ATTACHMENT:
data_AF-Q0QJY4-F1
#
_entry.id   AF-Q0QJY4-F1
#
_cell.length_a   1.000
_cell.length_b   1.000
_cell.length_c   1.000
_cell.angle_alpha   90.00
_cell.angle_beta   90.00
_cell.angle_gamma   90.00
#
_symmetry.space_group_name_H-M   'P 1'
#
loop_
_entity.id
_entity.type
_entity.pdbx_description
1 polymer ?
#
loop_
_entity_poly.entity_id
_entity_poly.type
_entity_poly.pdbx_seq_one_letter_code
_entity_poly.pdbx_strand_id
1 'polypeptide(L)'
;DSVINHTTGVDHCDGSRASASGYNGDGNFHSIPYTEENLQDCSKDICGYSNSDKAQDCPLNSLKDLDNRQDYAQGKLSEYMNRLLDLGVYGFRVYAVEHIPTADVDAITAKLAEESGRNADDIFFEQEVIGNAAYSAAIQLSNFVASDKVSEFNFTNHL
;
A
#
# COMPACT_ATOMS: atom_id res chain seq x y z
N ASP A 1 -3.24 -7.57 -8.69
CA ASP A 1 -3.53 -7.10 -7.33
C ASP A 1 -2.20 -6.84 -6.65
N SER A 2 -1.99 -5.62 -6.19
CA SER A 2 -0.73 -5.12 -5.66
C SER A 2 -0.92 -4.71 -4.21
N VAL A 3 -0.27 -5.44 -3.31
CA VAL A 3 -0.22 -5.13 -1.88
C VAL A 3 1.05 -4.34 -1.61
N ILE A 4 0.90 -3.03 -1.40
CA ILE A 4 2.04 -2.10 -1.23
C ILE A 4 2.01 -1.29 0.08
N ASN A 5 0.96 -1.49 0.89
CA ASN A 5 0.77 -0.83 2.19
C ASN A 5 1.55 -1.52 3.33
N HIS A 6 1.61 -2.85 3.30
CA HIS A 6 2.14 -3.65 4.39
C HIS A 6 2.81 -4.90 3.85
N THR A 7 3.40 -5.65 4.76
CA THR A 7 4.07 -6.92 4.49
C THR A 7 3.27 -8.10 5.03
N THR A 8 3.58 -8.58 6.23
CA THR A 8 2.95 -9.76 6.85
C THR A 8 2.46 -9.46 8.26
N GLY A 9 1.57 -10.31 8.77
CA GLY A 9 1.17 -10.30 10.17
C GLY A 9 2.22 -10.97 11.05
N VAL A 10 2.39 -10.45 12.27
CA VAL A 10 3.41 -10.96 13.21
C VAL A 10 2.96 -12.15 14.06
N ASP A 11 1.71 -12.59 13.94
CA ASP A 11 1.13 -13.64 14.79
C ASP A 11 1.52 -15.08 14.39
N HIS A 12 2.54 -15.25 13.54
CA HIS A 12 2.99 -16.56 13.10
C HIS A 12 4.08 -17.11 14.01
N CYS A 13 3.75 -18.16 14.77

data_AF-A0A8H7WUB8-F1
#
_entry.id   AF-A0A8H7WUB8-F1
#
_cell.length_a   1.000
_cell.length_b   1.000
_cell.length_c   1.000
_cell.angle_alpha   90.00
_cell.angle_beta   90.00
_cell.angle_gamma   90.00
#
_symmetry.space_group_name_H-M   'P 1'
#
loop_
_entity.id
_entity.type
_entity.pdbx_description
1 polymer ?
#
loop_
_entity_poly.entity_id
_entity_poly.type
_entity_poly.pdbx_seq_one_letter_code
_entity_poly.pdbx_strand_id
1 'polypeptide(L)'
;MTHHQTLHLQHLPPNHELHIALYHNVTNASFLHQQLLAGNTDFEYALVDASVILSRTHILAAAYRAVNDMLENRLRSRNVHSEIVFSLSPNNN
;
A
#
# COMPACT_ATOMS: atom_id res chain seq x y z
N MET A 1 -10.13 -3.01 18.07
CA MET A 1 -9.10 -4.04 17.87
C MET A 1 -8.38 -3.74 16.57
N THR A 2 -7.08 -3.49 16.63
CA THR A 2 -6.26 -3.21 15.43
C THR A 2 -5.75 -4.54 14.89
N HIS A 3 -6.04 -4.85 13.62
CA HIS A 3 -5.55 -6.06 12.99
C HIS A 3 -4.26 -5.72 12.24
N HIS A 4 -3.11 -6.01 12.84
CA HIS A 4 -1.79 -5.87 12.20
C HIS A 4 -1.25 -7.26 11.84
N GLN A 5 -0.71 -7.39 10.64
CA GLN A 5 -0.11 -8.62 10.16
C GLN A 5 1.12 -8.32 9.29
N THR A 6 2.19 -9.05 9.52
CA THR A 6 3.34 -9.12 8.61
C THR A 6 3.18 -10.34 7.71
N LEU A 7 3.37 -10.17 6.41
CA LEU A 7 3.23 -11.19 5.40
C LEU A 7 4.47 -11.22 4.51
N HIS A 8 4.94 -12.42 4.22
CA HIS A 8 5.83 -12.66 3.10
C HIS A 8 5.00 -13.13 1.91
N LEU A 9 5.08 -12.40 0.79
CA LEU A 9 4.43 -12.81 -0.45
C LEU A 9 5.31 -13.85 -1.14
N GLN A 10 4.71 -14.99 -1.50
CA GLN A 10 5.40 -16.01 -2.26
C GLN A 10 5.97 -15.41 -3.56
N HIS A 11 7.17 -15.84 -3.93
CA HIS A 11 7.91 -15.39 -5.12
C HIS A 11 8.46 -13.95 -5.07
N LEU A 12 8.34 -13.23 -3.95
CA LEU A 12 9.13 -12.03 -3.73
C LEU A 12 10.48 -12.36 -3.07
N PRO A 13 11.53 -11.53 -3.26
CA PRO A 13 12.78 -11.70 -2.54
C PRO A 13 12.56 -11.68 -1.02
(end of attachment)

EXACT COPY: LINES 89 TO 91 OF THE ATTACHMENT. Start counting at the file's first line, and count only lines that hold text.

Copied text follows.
_entity_poly.type
_entity_poly.pdbx_seq_one_letter_code
_entity_poly.pdbx_strand_id